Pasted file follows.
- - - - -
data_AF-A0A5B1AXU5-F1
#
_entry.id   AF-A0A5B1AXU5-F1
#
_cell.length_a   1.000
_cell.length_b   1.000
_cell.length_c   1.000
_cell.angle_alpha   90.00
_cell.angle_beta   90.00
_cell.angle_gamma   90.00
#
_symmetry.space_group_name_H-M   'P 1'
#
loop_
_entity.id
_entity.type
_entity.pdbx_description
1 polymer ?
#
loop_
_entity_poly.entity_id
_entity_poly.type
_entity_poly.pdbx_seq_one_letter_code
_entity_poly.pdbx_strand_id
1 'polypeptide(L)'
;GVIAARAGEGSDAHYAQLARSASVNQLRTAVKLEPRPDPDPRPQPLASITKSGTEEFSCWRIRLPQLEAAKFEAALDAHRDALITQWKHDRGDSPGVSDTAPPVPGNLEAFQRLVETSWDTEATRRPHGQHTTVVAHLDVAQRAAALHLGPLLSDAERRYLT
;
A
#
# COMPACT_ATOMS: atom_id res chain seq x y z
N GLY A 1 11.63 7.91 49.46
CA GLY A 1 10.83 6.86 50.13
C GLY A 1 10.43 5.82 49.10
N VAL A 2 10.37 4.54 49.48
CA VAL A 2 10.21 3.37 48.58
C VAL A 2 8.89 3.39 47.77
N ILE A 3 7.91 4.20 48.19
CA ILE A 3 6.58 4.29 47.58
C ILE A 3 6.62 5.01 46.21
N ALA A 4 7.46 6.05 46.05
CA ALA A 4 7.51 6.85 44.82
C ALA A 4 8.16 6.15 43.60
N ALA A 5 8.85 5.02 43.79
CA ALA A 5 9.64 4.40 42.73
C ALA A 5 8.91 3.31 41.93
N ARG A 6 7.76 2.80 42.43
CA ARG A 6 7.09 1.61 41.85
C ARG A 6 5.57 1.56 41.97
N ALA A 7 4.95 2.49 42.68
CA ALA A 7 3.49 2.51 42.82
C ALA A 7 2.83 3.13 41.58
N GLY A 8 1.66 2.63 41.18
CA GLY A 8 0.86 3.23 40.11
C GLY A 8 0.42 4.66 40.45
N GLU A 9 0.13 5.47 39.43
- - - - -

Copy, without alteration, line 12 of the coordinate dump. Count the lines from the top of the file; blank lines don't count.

_symmetry.space_group_name_H-M   'P 1'